John Owen said, ‘If Christ died for all of the sins of all men, then all men will be saved; if he died for some of the sins of all men, then no one will be saved; but if he died for all of the sins of some men, then some men will be eternally saved.’ This message of substitution and satisfaction by the obedience and sufferings of Christ has been committed to faithful ministers of the gospel. We dare to preach it and dare not preach any other message (Galatians 1:8-9; 1 Corinthians 9:16). Inasmuch as Christ is our righteousness, God does not call upon us to produce a righteousness, but to receive his righteousness by faith. Inasmuch as Christ is our Surety and Substitute, God will not require satisfaction from us but accepts us in the Beloved (Ephesians 1:6-7).

2 Corinthians 5:20. Since God has reconciled his sheep by Christ and has given to his ministers the gospel of reconciliation, then they are certainly the ‘ambassadors,’ or representatives ‘for Christ.’ They come sent of him, empowered by him and speaking for him. To hear a true servant of Christ speaking by his Spirit in keeping with his word is to hear Christ (1 John 4:6). The minister of the gospel speaks in the name of Christ, for the glory of Christ and for our eternal good. His message is that God is reconciled in Christ; Christ died for sinners; there is peace and life to be had through faith in Christ: ‘Be ye reconciled to God.’ God is reconciled to us in Christ, but before regeneration and conversion we are still at war with God. Our natural mind is enmity, not subject to God, loving darkness and hating light (1 Corinthians 2:14; Romans 8:7). This is the message of God's ambassador: ‘God is reconciled; lay down your arms of rebellion, kiss the Son and be reconciled to God.’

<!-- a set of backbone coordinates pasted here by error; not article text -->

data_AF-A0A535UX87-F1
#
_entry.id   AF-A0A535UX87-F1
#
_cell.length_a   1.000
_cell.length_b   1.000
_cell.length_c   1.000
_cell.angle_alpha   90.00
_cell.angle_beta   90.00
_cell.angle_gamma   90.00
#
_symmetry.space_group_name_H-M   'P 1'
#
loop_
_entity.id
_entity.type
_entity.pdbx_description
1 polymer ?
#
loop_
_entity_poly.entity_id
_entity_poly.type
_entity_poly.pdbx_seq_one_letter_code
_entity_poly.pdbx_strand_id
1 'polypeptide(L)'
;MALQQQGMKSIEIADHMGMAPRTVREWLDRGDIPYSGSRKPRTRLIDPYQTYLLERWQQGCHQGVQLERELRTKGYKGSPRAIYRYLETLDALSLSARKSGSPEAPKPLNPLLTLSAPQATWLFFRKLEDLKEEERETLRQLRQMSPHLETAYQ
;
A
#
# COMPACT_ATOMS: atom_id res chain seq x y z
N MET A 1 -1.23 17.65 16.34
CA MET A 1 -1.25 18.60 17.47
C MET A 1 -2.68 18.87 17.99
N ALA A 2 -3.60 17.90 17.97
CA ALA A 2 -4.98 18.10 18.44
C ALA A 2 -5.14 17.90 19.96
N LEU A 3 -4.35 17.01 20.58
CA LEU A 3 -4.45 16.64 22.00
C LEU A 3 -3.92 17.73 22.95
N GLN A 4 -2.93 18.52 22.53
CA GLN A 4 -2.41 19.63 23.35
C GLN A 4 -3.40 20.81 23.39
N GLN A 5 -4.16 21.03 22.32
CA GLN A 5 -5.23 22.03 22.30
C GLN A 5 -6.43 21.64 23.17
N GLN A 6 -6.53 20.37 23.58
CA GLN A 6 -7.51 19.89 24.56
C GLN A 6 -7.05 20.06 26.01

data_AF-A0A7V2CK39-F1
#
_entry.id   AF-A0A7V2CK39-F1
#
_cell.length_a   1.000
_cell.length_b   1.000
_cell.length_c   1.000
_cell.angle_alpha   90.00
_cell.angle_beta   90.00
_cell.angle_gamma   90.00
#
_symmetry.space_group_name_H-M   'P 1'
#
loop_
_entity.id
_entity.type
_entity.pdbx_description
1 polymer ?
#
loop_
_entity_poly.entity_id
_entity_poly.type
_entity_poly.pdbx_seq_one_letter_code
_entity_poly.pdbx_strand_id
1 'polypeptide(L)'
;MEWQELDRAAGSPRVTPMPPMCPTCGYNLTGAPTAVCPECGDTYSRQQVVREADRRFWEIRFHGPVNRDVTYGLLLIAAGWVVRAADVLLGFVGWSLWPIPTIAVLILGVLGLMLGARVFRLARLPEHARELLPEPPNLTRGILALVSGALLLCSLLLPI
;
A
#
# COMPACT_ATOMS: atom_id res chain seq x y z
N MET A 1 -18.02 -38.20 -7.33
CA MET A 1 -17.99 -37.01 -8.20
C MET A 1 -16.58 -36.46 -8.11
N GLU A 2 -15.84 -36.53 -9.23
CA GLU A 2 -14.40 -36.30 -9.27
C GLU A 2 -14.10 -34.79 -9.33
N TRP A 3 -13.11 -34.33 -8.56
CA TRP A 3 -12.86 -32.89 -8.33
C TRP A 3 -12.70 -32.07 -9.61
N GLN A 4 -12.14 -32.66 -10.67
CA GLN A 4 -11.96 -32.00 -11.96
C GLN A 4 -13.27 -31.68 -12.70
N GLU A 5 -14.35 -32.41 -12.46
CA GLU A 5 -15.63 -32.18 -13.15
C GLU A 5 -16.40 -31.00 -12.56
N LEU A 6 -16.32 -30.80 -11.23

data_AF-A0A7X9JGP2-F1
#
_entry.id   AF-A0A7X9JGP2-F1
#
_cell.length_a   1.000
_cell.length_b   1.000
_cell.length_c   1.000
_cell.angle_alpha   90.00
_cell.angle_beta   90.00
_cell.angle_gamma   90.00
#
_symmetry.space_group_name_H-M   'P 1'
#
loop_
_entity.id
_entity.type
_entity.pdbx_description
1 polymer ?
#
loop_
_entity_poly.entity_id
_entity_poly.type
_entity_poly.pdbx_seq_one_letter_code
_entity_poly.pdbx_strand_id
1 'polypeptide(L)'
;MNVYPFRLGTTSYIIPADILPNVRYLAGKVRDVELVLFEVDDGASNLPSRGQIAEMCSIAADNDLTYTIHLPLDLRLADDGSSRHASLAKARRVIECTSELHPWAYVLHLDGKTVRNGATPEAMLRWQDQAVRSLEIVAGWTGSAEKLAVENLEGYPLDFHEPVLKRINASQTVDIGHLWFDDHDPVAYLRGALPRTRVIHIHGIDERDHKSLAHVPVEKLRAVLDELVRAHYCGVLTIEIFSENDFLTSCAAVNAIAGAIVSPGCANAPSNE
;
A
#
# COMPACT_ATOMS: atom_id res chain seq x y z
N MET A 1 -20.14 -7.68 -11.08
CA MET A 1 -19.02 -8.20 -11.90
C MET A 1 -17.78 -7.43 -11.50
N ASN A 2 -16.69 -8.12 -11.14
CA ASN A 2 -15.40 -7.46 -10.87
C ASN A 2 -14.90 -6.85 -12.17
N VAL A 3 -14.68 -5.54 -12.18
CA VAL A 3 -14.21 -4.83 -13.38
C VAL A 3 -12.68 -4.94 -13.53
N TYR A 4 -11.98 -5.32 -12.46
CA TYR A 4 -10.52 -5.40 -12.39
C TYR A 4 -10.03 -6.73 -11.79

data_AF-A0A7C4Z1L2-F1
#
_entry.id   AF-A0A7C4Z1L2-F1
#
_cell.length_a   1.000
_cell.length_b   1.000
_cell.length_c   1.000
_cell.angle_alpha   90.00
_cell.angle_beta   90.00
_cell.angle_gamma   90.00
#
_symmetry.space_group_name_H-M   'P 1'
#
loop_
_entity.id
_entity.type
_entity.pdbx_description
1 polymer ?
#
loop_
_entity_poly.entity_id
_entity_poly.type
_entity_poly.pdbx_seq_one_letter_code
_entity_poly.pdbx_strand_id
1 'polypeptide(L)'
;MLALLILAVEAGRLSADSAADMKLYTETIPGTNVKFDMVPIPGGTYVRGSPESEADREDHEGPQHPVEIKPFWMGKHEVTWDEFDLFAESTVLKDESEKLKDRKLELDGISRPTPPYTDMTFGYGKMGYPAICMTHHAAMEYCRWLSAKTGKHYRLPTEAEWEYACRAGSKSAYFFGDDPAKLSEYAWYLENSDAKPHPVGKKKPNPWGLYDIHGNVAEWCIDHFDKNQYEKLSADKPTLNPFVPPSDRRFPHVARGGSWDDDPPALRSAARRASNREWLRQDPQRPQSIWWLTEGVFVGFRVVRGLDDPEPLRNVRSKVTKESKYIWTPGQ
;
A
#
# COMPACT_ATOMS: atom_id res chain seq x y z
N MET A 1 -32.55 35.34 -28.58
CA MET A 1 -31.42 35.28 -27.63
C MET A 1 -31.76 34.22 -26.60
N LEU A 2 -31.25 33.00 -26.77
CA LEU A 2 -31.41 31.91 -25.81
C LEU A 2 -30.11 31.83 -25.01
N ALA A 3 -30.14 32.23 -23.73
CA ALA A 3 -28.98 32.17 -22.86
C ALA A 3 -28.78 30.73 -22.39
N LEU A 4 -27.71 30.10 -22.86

2 Corinthians 5:21. Christ our Lord had no sin, knew no sin and did no sin. He was perfect before the law of God (1 Peter 2:22; Hebrews 4:15). Our sins were reckoned to him. He was identified and numbered with the transgressors and, though he personally had no sin, yet by imputation he was the world's greatest sinner and was dealt with as such and died under the wrath of God (Galatians 3:13; Hebrews 9:28; Romans 8:32). All of this was done that we might be made the righteousness of God in Christ and, by our identification and oneness with Christ, justified. Christ, who knew no sin, was made sin for us that we, who have no righteousness, might be made righteous before God in him (Romans 10:1-4). With his spotless garments on, we are as holy as his Son (Isaiah 45:24). Someone said, ‘The gospel can be summed up in two words – substitution and satisfaction.’ Christ, as our Substitute, made full and complete satisfaction for us before God's holy law and righteous justice. In him we are wholly sanctified, completely and eternally saved.

 


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Bibliography Information
Mahan, Henry. "Commentary on 2 Corinthians 5:4". Henry Mahan's Commentary on Selected Books of the New Testament. https://www.studylight.org/commentaries/hms/2-corinthians-5.html. 2013.

Lectionary Calendar
Tuesday, October 15th, 2019
the Week of Proper 23 / Ordinary 28